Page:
The first jump does count
The Consortium of Universities of Applied Sciences in Southwest Finland, CoastAL, has for two years cooperated to find and test mechanisms for enhancing the research, development and innovation (RDI) activities of higher education institutions. The Kolmiloikalla vaihtovirtaa (“Triple Jump”) project divided the activities into three “jumps” of different lengths. Of these, the national and international parts were related to long-term staff exchanges with business life and other higher education institutions. But the third element, however, was something else – a regional, student-oriented innovation exchange.
The sun shines from a bright blue sky as a group of people with safety vests and helmets walk through an empty asphalt field towards the gaping doors of a gigantic industrial hall. On the face of it, everything seems quite ordinary, but this morning the group starting their workday at Seaside Industry Park in Rauma is actually composed of students from Satakunta University of Applied Sciences and TUAS.
After getting used to the surroundings, the darkness on the other side of the doorway quickly changes into a pleasant dimness. It’s time to open the mental blinders, too.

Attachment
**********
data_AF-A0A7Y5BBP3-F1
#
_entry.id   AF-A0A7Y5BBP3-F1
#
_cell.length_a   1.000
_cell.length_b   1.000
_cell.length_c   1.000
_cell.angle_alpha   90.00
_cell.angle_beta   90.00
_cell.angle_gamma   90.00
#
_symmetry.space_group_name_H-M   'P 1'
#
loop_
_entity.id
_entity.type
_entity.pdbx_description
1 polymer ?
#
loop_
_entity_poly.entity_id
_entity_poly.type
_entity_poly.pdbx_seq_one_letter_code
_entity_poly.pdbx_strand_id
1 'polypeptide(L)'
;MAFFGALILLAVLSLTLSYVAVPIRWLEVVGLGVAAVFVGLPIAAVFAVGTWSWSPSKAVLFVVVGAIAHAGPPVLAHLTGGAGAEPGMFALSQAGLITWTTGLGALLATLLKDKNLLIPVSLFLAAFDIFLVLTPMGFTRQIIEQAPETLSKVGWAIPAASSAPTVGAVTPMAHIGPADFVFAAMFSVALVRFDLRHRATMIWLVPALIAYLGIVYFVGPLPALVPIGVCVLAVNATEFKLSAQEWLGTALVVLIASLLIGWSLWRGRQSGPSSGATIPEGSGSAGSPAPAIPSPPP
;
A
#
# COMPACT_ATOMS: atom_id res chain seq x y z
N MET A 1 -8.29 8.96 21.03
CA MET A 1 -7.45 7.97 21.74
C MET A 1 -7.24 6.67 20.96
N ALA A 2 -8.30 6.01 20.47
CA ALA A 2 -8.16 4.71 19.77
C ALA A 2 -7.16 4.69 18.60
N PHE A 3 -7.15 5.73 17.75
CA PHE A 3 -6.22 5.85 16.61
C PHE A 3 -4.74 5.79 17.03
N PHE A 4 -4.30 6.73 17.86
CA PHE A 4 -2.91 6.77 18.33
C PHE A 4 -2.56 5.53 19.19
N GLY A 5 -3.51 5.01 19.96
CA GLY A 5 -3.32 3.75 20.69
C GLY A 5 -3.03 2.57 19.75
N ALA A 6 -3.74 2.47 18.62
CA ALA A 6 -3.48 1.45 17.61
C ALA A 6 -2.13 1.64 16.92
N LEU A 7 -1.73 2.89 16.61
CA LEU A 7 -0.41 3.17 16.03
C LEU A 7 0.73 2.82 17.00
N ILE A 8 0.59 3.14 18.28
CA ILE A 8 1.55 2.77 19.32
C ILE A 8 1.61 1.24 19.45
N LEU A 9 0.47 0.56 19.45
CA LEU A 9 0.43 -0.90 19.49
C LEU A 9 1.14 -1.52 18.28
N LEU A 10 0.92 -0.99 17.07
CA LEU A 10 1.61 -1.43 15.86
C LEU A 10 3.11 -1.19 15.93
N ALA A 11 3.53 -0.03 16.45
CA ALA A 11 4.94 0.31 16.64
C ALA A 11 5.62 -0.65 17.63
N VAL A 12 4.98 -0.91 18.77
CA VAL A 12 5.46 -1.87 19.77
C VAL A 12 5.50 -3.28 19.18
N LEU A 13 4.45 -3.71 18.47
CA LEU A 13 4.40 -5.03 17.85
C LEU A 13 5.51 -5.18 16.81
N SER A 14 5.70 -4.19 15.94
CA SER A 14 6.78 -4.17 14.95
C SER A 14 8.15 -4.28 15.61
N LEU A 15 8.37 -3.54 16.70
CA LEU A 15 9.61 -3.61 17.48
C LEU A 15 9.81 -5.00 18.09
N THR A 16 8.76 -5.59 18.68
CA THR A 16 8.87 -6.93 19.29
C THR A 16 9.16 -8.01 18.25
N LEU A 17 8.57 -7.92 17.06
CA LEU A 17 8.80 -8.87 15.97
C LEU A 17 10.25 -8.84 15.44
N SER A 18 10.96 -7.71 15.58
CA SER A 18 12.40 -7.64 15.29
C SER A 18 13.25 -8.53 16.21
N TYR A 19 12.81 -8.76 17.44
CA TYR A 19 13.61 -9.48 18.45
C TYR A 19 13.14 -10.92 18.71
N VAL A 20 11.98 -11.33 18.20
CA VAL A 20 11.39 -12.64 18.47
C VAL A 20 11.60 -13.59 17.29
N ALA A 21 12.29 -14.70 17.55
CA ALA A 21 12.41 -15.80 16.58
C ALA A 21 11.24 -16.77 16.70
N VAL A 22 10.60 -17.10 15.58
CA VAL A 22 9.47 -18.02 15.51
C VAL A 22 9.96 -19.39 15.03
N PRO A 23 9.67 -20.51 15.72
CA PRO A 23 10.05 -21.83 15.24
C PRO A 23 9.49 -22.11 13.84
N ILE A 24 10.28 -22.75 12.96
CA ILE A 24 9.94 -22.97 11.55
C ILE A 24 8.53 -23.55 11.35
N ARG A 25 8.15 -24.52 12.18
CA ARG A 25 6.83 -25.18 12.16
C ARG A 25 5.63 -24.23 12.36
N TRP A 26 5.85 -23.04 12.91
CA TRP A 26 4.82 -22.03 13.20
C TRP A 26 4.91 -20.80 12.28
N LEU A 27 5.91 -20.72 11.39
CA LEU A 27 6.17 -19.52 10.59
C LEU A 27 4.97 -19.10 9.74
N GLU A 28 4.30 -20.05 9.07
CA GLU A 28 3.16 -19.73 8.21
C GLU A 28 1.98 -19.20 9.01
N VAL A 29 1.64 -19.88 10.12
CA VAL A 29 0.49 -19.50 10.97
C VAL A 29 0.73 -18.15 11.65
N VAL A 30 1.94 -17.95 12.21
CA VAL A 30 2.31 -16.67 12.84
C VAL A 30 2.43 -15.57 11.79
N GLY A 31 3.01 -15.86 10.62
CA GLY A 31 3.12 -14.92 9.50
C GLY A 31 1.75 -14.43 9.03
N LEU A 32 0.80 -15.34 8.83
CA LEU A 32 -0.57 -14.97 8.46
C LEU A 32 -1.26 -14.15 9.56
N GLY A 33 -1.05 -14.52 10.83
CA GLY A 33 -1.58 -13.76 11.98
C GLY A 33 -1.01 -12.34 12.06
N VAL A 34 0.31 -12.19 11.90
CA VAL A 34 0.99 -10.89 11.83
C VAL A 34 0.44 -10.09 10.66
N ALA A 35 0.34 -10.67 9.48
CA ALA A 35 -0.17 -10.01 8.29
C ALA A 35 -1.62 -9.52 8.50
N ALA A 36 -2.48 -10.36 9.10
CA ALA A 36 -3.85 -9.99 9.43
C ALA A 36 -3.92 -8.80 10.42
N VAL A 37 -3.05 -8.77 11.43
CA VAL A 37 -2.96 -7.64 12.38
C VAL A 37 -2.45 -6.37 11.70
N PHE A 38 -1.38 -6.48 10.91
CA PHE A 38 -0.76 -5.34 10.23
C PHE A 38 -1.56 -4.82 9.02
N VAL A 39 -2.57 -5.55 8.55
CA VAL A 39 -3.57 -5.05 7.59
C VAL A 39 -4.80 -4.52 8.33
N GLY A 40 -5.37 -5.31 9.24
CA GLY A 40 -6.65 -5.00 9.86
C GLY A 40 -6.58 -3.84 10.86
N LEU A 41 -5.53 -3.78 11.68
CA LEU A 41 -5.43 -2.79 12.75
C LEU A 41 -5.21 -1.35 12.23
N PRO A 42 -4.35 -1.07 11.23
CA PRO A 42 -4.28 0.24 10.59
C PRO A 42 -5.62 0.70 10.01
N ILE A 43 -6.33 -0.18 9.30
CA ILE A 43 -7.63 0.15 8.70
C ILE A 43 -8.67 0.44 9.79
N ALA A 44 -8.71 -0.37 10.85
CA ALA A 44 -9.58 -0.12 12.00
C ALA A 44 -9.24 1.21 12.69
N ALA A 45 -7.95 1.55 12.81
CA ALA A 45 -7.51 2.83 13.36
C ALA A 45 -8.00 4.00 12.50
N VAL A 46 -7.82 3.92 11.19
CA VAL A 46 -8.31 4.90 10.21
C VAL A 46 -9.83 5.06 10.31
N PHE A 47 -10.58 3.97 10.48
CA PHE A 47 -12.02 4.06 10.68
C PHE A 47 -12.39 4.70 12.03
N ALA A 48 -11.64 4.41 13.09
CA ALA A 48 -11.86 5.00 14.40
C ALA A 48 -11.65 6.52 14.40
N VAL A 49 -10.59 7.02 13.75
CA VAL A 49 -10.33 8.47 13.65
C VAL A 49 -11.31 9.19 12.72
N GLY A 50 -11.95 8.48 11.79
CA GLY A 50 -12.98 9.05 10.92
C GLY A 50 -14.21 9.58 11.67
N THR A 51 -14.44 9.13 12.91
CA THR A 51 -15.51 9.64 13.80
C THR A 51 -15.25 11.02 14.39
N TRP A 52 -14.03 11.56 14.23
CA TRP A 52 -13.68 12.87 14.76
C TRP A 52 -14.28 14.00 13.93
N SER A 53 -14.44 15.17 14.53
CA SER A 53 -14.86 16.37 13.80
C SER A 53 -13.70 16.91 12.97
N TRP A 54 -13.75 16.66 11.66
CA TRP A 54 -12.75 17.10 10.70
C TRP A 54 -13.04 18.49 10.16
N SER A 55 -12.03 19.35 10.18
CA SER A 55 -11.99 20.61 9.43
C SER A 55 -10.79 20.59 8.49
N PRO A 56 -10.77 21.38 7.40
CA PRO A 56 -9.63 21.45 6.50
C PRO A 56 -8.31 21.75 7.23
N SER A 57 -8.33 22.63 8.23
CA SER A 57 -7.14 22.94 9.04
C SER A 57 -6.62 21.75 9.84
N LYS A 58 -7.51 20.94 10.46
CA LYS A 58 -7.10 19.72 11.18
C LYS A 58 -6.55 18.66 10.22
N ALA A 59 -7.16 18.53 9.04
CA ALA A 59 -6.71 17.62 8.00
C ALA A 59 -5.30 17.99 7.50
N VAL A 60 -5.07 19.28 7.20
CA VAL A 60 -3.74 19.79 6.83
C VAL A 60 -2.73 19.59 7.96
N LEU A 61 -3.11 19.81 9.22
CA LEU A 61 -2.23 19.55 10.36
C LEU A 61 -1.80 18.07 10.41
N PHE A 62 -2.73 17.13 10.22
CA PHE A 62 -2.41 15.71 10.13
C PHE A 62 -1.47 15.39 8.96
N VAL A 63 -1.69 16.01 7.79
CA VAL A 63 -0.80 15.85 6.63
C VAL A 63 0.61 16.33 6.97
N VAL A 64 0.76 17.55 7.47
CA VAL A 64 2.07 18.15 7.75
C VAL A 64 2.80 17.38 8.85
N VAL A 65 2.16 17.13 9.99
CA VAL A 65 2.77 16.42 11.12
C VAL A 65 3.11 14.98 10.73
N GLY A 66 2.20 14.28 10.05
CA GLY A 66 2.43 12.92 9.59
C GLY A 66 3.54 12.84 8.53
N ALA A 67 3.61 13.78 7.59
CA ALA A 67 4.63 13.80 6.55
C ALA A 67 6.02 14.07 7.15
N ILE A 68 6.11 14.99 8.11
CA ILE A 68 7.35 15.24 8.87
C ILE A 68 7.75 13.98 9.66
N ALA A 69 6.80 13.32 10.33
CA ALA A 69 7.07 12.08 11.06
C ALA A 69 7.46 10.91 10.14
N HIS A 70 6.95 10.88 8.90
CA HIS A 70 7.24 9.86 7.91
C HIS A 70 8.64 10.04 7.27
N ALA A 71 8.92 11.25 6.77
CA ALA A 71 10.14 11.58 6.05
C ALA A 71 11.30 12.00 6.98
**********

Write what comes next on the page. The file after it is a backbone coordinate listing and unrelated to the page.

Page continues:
“Developing an industry park for heavy industry with a multidisciplinary group of students, whose backgrounds are delightfully different, was an experience to remember for the participants, organisers and commissioners,” Lector Teppo Lundell and Principal Lecturer Niko Kandelin from Satakunta UAS look back on the event which took place a couple of months ago.
What’s this all about?
The aim of regional innovation exchange is to develop more efficient ways to bring together the needs of other parties in the region with the hidden potential within the UAS to answer to these needs as quickly as possible. This kind of cooperation transcends sector boundaries.
“Higher education students are a unique resource. Only higher education institutions have the chance to offer such a large and multidisciplinary group of experts for the development needs of their cooperation partners. Harnessing this potential through student-based innovation services requires seamless and systematic cooperation between teaching, services to business and RDI services within the universities of applied sciences,” says Head of Education and Research Ursula Hyrkkänen, who is the responsible director of TUAS’ part of the project.
Student-based innovation services in universities of applied sciences
The work should be done by listening to the actors in the region, but also by experimenting to find new synergies. Hence a bold vision came about during the project – a vision according to which by 2020, innovation services will have risen beside theses and practical training as one of the most common student-based forms of cooperation with business life.
Uniting students from different fields under any project learning environment of a higher education institution has many positive sides. One of these is that study paths become more interesting and flexible, which enables the students to get in touch with real-life businesses already during their studies.